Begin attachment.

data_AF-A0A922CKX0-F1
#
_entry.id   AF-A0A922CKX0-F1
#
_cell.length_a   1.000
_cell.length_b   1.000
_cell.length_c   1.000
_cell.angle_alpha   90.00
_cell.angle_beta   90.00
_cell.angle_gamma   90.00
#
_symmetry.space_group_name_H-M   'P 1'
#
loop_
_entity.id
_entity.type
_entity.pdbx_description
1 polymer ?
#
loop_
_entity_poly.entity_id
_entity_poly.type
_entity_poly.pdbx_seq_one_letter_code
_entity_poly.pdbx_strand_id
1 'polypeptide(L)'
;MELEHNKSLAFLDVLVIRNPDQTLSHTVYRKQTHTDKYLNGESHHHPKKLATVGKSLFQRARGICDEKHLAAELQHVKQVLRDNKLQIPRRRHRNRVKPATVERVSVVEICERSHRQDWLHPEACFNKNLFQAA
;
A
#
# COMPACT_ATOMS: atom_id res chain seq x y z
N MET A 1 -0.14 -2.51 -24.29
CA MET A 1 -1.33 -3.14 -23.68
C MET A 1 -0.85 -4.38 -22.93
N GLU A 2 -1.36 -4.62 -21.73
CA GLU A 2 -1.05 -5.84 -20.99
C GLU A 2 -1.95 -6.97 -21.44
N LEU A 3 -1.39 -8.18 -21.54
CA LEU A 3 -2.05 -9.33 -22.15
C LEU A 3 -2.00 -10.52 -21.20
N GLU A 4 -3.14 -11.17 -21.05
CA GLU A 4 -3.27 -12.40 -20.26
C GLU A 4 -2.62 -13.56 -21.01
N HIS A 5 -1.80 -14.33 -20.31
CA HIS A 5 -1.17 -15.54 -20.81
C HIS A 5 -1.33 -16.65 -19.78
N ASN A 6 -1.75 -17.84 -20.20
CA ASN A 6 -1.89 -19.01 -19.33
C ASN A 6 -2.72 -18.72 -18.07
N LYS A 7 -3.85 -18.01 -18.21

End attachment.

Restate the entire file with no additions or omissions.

data_AF-A0A922CKX0-F1
#
_entry.id   AF-A0A922CKX0-F1
#
_cell.length_a   1.000
_cell.length_b   1.000
_cell.length_c   1.000
_cell.angle_alpha   90.00
_cell.angle_beta   90.00
_cell.angle_gamma   90.00
#
_symmetry.space_group_name_H-M   'P 1'
#
loop_
_entity.id
_entity.type
_entity.pdbx_description
1 polymer ?
#
loop_
_entity_poly.entity_id
_entity_poly.type
_entity_poly.pdbx_seq_one_letter_code
_entity_poly.pdbx_strand_id
1 'polypeptide(L)'
;MELEHNKSLAFLDVLVIRNPDQTLSHTVYRKQTHTDKYLNGESHHHPKKLATVGKSLFQRARGICDEKHLAAELQHVKQVLRDNKLQIPRRRHRNRVKPATVERVSVVEICERSHRQDWLHPEACFNKNLFQAA
;
A
#
# COMPACT_ATOMS: atom_id res chain seq x y z
N MET A 1 -0.14 -2.51 -24.29
CA MET A 1 -1.33 -3.14 -23.68
C MET A 1 -0.85 -4.38 -22.93
N GLU A 2 -1.36 -4.62 -21.73
CA GLU A 2 -1.05 -5.84 -20.99
C GLU A 2 -1.95 -6.97 -21.44
N LEU A 3 -1.39 -8.18 -21.54
CA LEU A 3 -2.05 -9.33 -22.15
C LEU A 3 -2.00 -10.52 -21.20
N GLU A 4 -3.14 -11.17 -21.05
CA GLU A 4 -3.27 -12.40 -20.26
C GLU A 4 -2.62 -13.56 -21.01
N HIS A 5 -1.80 -14.33 -20.31
CA HIS A 5 -1.17 -15.54 -20.81
C HIS A 5 -1.33 -16.65 -19.78
N ASN A 6 -1.75 -17.84 -20.20
CA ASN A 6 -1.89 -19.01 -19.33
C ASN A 6 -2.72 -18.72 -18.07
N LYS A 7 -3.85 -18.01 -18.21